Mistakes happen and, at least for me, it’s not a huge deal that PSN had a temporary security hole that let hackers get in. The hackers gained access to the information because Sony’s bug treated their Playstation consoles as if they were developer consoles.

What really upsets me is that credit card information is at risk. I can’t think of any reason why developers should have direct access to credit card numbers.

And this brings up another thing that scares me: I have no way of ensuring that when I enter sensitive data online, the company/individual on the other end is doing their job to ensure that the information remains secure.  I would hope that developers dealing with sensitive data are competent enough to know how to use encryption and the like (and for goodness’ sake, don’t store it as plain text), but that certainly isn’t always the case.

Last summer, I gave a persuasive speech in my speech class about identity theft. I talked about things like phishing, website spoofing, and downloadable malware. Since it relates to the topic, I figured I would include a few simple tricks from my speech for preventing identity theft:

1. Use strong, secure passwords.
Microsoft recommends using passwords that are at least 14 characters long. They should contain both uppercase and lowercase letters, and a mix of letters, numbers, and symbols. And don’t use the same password for everything. Your email password, in particular, should be unique and your most secure password, because if anyone gets access to your email account, they can easily gain access to any of your other accounts.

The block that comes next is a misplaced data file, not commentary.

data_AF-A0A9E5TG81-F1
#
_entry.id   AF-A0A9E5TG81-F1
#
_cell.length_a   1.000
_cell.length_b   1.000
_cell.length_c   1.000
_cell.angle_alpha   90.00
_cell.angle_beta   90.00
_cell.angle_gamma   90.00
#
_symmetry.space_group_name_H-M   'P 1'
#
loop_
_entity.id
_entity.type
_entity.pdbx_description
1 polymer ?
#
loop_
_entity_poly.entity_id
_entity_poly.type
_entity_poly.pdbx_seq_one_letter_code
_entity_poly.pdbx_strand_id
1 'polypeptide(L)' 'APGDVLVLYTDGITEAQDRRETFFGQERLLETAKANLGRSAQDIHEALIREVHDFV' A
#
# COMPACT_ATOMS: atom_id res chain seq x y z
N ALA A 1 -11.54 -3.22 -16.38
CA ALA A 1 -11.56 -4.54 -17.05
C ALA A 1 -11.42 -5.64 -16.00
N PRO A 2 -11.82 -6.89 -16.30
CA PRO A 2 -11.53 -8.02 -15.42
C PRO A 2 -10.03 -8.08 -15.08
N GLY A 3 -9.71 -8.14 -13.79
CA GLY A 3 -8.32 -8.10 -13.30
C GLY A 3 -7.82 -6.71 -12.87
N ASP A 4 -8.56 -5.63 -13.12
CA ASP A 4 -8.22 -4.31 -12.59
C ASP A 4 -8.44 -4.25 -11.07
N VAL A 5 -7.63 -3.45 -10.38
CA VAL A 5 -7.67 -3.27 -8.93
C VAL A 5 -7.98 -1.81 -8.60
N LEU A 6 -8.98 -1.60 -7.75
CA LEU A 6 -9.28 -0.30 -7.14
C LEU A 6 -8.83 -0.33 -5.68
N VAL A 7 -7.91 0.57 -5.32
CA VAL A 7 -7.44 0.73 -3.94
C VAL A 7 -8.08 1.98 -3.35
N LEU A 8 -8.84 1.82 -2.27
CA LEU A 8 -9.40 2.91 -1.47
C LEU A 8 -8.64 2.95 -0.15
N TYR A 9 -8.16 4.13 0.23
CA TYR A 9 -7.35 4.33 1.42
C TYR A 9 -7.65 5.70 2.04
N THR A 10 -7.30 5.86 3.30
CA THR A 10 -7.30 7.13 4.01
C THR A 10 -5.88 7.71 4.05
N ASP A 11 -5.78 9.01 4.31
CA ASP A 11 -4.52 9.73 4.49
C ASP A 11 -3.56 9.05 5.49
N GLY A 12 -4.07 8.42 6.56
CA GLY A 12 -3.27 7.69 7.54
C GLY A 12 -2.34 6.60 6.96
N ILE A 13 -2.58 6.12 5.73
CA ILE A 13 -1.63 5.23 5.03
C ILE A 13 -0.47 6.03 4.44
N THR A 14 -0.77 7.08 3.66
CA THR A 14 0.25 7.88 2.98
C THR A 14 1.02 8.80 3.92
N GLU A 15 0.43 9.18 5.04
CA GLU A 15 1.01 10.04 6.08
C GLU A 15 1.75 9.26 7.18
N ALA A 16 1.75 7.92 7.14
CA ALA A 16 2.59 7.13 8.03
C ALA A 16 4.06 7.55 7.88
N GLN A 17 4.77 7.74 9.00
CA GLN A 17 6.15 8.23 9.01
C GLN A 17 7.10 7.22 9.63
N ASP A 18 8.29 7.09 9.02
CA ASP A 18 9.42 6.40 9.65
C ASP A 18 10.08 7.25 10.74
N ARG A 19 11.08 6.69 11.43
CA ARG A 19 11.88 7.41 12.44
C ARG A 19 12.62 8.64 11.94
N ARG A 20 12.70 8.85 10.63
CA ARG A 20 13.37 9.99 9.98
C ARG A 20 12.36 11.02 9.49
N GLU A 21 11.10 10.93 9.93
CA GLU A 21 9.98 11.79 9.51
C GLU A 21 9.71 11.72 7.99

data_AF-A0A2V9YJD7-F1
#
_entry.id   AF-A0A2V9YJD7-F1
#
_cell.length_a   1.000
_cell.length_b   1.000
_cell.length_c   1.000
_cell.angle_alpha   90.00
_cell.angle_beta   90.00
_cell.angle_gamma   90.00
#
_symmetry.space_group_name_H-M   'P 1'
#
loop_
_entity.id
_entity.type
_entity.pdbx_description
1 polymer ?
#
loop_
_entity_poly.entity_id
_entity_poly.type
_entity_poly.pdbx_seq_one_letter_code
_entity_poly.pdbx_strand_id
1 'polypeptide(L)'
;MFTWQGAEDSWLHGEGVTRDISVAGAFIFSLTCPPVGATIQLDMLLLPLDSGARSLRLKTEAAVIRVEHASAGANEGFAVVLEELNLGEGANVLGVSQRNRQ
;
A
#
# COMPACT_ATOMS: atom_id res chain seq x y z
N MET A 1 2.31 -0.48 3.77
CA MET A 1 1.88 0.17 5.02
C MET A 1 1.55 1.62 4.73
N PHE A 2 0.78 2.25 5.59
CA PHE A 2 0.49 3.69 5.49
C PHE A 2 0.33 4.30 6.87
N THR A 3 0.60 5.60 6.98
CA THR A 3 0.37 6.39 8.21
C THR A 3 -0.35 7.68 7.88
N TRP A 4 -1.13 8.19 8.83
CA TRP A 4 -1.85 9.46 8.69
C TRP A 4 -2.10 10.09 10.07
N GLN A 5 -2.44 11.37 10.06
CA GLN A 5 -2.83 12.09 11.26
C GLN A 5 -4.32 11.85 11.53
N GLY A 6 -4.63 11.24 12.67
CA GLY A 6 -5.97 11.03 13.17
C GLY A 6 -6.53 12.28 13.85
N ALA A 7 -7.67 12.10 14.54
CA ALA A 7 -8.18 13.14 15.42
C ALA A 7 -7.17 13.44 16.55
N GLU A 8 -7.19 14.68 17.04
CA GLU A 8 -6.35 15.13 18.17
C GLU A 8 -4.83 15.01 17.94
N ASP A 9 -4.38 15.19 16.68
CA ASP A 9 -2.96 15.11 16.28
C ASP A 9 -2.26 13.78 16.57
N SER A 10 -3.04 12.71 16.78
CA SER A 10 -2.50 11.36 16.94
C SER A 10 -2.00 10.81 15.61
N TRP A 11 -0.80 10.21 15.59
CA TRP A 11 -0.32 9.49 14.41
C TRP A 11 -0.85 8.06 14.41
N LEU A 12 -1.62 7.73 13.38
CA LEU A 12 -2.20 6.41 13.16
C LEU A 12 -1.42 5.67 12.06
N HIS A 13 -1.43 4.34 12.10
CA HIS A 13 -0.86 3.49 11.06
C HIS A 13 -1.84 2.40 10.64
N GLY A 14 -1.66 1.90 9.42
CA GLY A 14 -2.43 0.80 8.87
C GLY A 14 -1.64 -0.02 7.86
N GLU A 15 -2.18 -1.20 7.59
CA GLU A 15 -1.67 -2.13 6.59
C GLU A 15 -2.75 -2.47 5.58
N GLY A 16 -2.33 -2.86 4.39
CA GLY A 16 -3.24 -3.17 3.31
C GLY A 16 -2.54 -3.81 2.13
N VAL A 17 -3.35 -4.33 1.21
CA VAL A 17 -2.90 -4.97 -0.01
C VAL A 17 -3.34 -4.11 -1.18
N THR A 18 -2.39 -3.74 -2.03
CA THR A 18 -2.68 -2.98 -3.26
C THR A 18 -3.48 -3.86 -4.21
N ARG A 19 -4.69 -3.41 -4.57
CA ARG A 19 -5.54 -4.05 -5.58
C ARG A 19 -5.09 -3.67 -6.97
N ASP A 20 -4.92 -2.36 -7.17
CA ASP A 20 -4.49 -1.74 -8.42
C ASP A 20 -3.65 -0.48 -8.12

WoW Authenticator2. Use an alternate verification source, when available.
World of Warcraft, for example, allows players to get an optional authenticator and have it tied to their accounts. With the push of a button, the authenticator generates a seemingly random six-digit number for the player, who then enters that number along with his or her password. The six-digit number is created based on the time and a special key tied to each individual authenticator, so that the number can be verified on the server end.

Side note: Yes, I talked about WoW in my speech. I even gave an entire informative speech about WoW. I got everyone’s attention when I started the speech with, “Some people say that I don’t exist… because I’m a girl and I play World of Warcraft.” 😛

3. Make sure you use anti-virus software.
And only one anti-virus software program, because having multiple anti-virus programs running at the same time just isn’t good or safe.

4. Verify URL’s before entering any personal data on a website.
Spoofed websites are designed to look like legitimate website and can easily trick people into entering their personal information on fraudulent websites. You should also avoid clicking links directly from email, because they can be disguised.
At the time of my speech, I had also just heard about a new scam called “tabnabbing.” The theory behind the scam is that people are learning to detect spoofed websites, so the webpage will initially look like any normal webpage. After the page detects a period of inactivity (probably due to switching to another tab in your browser), the page will transform itself into the look-a-like of another webpage, like the Gmail login page.

I would hope that most people already know about the things I talked about in my speech, but sometimes people surprise me.